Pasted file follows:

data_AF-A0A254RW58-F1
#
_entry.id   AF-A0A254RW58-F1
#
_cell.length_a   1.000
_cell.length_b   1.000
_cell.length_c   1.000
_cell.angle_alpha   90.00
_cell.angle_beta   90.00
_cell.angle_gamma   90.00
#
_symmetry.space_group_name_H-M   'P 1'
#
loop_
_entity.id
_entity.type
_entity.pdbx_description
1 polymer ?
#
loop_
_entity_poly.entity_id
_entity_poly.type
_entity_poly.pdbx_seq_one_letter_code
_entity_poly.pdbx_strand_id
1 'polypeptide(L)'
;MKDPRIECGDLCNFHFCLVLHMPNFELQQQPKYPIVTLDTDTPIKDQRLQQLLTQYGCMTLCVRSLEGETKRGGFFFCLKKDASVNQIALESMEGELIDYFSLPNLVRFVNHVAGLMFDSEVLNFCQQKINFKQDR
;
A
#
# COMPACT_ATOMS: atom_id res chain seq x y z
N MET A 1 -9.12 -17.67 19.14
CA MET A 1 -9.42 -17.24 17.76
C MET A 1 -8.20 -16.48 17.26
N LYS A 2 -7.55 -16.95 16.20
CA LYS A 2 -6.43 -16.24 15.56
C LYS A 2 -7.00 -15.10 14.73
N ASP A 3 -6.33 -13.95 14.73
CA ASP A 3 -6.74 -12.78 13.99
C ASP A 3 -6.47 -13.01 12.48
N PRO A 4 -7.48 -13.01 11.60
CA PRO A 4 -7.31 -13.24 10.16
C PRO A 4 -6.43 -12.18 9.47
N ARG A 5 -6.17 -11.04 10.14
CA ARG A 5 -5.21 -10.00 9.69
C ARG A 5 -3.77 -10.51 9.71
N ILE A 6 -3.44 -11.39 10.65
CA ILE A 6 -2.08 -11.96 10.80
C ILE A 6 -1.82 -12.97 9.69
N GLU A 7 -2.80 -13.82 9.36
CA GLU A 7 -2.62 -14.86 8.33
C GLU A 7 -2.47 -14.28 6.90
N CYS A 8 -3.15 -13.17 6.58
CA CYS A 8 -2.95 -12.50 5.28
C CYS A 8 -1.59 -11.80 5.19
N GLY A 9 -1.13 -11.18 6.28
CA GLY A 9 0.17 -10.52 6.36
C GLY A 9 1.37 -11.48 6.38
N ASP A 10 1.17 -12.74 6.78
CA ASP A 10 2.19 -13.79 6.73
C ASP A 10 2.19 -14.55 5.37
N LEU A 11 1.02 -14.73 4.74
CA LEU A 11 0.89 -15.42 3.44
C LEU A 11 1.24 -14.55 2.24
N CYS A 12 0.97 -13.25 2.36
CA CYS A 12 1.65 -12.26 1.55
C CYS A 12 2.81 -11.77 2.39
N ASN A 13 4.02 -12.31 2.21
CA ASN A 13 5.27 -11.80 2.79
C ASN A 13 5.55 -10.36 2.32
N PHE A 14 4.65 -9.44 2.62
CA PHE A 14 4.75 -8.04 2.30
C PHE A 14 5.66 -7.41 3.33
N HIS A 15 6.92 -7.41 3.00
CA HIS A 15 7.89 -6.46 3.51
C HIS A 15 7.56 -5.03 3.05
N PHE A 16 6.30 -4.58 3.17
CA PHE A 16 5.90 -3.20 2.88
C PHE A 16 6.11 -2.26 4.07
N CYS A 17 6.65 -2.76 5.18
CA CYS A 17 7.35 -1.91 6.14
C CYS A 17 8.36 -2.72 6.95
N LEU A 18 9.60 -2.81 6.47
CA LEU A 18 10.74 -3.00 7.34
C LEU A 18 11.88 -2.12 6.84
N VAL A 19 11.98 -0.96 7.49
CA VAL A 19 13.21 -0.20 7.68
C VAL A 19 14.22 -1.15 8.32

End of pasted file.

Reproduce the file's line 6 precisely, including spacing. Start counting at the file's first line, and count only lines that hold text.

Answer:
_cell.length_b   1.000